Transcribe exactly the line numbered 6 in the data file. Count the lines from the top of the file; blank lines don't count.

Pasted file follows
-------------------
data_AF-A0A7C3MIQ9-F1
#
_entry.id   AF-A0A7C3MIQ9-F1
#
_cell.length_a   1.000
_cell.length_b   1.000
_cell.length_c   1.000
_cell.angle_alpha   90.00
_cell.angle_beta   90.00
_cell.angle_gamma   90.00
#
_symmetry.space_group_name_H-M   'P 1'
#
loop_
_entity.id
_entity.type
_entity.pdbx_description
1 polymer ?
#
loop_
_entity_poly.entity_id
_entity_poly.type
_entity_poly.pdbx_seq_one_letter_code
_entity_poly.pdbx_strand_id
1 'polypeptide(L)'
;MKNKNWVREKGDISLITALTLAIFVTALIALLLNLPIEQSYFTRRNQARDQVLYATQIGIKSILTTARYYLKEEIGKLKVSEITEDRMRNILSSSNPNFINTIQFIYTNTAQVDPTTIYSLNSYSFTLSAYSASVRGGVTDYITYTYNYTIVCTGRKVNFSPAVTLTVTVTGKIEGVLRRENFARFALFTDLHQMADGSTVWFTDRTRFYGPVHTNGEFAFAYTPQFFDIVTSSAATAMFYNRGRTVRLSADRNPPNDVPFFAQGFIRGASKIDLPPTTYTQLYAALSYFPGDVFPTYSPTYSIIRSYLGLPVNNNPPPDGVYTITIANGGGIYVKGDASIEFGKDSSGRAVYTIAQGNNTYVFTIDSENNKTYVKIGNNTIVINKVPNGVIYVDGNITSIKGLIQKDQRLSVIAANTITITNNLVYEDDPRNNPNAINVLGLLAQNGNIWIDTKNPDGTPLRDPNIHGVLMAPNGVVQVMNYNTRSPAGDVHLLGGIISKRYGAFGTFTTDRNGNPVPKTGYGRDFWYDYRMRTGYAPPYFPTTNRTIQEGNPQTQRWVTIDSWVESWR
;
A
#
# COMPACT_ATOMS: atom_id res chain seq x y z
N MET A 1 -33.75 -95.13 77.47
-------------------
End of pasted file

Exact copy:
_cell.length_b   1.000